Designing Online Learning Environments that Engage
(first published on OnCUE Summer 2010 Vol. 32 No. 2 p. 10-11 and cross posted on barbarabray.net)
Teaching online is fundamentally different than teaching
face-to-face. The design of effective online learning environments
requires rethinking teaching practices. The rapid advances of
educational technology encourages the growth of collaborative online
learning experiences unconstrained by time and space. Even so, students
may not learn from technology alone; they learn with the support of
competent facilitators ... more...
Last Comment By ibrahim betil February 10, 2011 -- 11:58 PM
I read Seth Godin's blog post But what have you shipped? and thought about how
that relates to teachers. If you just sit there and think about what you should do or not sure you can do something, then nothing will happen.
I write because I love writing. I write even if no one reads my blog posts. I hope you do and they give you some value, but that's not why I write. My mother was an artist who had to draw or paint. It was in her blood. When times were tough, she still painted somehow. Then her talent opened doors for her and she became a courtroom artist. I think of her when I sit down to write. ... more...
Most people that become coaches tend to be nurturers. They became a teacher or coach because they like to help people. A good coach sets up the guidelines for an effective relationship with the people they coach. Agreeing on a contract for meetings, communication and due dates will ensure the relationship will work. A relationship between a coach and the coachee needs to be built on trust: trust that both will show up on time, tasks are done in a timely manner, questions are answered and materials are created when needed.
Contracts need to be reconsidered for a successful coaching relationship. ... more...
Teachers need coaching more than ever especially with the cut backs in professional development opportunities at the local level. Schools need a cost-effective and convenient way to help their teachers attain the skills and knowledge they need to meet their learning goals. For some teachers, it might mean learning how to differentiate instruction because now they have larger class sizes with students with wider ranges of abilities. This holds true for teachers and students at all levels including universities.
One shot workshops are a great way to introduce concepts and theory but not the place ... more...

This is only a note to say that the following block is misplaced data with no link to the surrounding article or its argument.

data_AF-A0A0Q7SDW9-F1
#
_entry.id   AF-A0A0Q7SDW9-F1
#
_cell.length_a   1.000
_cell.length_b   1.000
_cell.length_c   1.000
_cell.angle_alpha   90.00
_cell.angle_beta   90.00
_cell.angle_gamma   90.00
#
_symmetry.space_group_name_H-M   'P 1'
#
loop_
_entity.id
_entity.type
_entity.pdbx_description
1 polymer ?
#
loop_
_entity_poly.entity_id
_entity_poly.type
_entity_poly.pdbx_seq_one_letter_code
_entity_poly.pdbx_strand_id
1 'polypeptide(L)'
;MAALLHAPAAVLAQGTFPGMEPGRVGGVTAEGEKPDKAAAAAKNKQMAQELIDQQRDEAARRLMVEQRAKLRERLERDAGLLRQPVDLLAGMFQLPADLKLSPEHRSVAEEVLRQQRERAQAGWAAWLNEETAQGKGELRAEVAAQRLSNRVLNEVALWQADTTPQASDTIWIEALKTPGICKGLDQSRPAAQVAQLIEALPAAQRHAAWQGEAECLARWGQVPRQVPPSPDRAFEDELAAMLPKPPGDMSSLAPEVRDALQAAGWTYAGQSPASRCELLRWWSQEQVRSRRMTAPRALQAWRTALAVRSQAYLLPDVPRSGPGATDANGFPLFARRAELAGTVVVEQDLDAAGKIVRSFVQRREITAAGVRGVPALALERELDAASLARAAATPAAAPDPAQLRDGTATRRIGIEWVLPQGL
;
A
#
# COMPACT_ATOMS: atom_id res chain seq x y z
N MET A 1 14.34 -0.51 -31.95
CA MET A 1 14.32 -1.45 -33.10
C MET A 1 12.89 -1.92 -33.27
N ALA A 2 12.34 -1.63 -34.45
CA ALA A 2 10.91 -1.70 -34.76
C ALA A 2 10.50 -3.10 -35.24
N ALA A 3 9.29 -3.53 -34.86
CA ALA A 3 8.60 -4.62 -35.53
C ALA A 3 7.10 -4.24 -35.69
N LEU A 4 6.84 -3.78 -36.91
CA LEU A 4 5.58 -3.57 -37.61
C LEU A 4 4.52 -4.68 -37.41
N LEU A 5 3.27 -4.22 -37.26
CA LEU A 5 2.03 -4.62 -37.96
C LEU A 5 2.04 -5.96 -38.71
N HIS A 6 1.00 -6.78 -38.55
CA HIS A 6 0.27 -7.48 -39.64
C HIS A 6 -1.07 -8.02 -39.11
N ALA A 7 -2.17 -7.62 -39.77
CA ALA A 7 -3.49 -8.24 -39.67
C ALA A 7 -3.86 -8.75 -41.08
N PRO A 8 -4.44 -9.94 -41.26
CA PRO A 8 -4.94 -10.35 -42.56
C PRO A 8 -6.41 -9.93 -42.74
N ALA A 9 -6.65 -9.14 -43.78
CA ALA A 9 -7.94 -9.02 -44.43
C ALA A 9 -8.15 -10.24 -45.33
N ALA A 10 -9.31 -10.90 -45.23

President Obama is proposing $900 million to states and school districts that agree to drastically change or even close the worst performing schools. The problem is once again focused on schools and teachers. Obama said, "There's got to be a sense of accountability."
We have had, for most of these low performing schools, a big sense of accountability for the last nine or so years. I had a lot of hope for Obama and making change for our country, but this hit a nerve for me. This is one more stab at public schools with the students that have no other means to get the education they need to be successful. ... more...
Last Comment By Natalie March 4, 2010 -- 01:50 PM
The K12 Online Conference starts with the Pre-Conference on October 13. Each of the presenters are posting their presentations as podcasts 20 minutes or less. I am presenting the findings as an audio podcast and PowerPoint presentation. The teachers and students did all the work. Pat Lusher and Cecelia Nauda are coordinating the EETT grant and provided data, documents, and other information included in the powerpoint or as separate files below. Nancy Kuznicki and Donna Blanton shared podcasts about the projects. This presentation is on Thursday, October 23 (Day 4).
I live in California and work around the country. I am appalled about the state of education and how we are leaving more children behind then we ever have before. The focus of "No Child Left Behind" was framed so people thought that we were going to fight for all children. Actually, what has happened is that "Every poor, disadvantaged, learning disabled, at-risk, and minority child is left behind." What kind of country is this that we do this to our future. In todayís SF Chronicle, the headline is 24% of high school students will dropout.
Where are they? What are these dropouts doing now? How ... more...
Last Comment By Mrs. Shannon Riek July 24, 2008 -- 04:56 PM
Iím a baby boomer. Turning 60 this year. I used to think this was old. Now I feel like itís a new stone to turn over. Problems with getting older is mostly physical. Most of my fellow boomers are ed techies who love this stuff. They blog, comment, connect, and share maybe even more than the next generation.
Like a lot of my friends I started in the 80s buying the first desktop computers. Think I had the first laptop (weighed 20 pounds) and first Apple (cost me $4,200 then). I was so with it. Loved it. Still hooked. With the new social networking tools, Iím just like my kids ... more...
There is abundant direct and indirect evidence that students from all backgrounds can thrive in environments designed to promote their development. Given the compelling case for the developmental impact of constructive interactions between young people and the adults around them, and the fact that many school people are not adequately prepared to provide these interactions, the obvious place to begin a program aimed at effecting school improvement is in the preparation and support of future and ... more...